Pro-Blockchain Person Becomes Japan’s Minister of Science, Tech & IT October 3, 2018 October 3, 2018 Kelly Cromley http://1AZFjzw2#Nwf63pYaMWq#xIY
NewsOctober 3, 2018 by Kelly Cromley

Pro-Blockchain Person Becomes Japan’s Minister of Science, Tech & IT

A well-known pro-blockchain lawmaker has been designated as Minister of Science, Technology, and IT during the fourth cabinet reorganization by Japanese Prime Minister Shinzō Abe.

Takuya Hirai, a member of the ruling Liberal Democratic Party (LDP), and supposedly one of the visionaries of last year’s rule providing legal frame work for crypto exchanges, will assume the main role as leader of the ministry and supervise the government policy towards fintech sector.

Hirai has been hands-on in encouraging blockchain while serving as as chairperson of the Liberal Democratic Party’s IT Strategy Special Committee, as well as chairperson of the Fintech Promotion Parliamentarians’ Federation.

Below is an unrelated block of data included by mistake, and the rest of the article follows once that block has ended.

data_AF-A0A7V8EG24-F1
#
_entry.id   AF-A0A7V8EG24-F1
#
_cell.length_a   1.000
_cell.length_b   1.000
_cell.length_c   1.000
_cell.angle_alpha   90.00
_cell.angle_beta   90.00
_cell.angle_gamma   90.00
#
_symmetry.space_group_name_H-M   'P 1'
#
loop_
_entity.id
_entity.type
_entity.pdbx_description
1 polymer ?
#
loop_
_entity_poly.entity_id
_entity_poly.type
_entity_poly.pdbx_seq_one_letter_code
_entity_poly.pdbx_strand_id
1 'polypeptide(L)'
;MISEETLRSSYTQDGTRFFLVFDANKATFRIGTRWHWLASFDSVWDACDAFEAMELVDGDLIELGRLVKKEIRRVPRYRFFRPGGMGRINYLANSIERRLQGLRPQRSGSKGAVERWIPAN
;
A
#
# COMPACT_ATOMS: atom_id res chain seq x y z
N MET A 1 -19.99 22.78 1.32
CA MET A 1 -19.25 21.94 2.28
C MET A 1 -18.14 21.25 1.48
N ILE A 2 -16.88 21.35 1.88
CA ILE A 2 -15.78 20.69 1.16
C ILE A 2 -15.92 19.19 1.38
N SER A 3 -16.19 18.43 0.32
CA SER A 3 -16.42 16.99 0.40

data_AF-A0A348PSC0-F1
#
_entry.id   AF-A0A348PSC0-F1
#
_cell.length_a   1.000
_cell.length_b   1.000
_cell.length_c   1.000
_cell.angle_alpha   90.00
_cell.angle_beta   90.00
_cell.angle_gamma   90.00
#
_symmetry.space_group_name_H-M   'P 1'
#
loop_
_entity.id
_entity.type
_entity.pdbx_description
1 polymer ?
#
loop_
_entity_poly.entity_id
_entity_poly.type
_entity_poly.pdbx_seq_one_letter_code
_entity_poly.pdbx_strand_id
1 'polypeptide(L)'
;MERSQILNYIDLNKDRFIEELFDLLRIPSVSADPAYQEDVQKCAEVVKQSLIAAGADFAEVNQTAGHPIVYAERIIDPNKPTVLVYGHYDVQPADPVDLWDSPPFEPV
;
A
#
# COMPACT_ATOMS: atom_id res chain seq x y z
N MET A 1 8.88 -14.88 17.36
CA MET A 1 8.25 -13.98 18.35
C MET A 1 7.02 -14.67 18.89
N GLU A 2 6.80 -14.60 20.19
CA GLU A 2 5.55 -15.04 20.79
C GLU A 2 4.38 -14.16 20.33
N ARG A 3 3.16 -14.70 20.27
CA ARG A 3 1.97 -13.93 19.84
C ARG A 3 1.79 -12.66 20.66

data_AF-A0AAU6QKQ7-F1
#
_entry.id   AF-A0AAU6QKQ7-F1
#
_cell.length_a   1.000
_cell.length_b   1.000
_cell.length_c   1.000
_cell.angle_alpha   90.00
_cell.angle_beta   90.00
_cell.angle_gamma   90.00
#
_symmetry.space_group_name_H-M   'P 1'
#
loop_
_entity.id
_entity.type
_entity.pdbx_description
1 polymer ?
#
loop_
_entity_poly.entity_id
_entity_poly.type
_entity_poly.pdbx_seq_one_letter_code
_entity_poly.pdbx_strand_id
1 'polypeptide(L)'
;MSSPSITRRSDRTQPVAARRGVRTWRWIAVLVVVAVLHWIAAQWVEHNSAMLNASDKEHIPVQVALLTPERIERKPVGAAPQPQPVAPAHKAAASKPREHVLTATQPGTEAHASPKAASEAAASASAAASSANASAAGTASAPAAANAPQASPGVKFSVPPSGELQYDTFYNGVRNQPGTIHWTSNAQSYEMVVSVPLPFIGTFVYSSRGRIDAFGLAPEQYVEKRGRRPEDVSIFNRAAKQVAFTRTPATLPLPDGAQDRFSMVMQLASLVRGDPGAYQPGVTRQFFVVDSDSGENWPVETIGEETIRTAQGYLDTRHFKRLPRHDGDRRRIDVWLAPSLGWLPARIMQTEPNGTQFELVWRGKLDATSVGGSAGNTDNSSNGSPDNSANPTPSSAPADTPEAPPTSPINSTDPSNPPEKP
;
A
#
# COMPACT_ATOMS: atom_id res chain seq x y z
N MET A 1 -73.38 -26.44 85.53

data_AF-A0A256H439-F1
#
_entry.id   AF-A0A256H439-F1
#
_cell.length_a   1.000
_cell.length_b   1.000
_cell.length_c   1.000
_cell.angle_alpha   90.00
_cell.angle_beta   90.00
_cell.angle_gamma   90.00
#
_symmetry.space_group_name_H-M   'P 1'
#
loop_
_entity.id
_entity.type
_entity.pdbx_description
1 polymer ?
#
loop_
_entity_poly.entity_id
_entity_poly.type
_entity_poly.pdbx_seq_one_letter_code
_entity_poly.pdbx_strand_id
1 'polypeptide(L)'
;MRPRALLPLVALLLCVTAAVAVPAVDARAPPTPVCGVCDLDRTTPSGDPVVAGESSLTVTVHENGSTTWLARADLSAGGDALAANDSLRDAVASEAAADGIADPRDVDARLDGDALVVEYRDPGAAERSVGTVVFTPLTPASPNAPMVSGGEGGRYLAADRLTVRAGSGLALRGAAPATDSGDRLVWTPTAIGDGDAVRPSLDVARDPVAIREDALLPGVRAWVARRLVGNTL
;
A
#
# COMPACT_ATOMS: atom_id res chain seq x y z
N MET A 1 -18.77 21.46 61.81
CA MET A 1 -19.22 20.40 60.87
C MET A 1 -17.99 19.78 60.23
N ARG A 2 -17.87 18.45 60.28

Furthermore, Hirai is given the credit for his involvement in preparing Japan’s fundamental cybersecurity law, which was passed in 2015. At that time, Hirai said that the LDP “concluded that [the government] will, for now, avoid a move towards legal regulation” of cryptos such as Bitcoin (BTC).

Additionally domestic Japanese media news has underscored Hirai’s constructive comments about Initial Coin Offerings (ICO) at the JBA (Japan Blockchain Association) convention held this August. He has also guided the ICO Business Study Group at Tama University’s Rule Formation Strategy Institute.

In regards to advancement in drafting futures rules “such as the creation of voluntary ICO regulations in the future,”, it should be noted that “various support and efforts from the government are [to be] expected,” provided a person who has expertise in crypto is appointed to the lead the country’s Science, Technology, and IT Ministry.

Hirai’s consultative role at Tama University ensured that the study group published a detailed guideline for the regulation and total legalization of ICOs in Japan, which will supposedly be taken for consideration by Japan’s Financial Services Agency, and could be enacted into law in few years from now.

The guidelines also consists of rules for anti-money-laundering (AML), know-your-customer (KYC) measures, monitoring project progress, and safe guarding equity and debt holders.

AuthorKelly Cromley

Kelly is our in house crytpto researcher, delving into the stories which matter from blockchains being used in the real world to new ico coming out.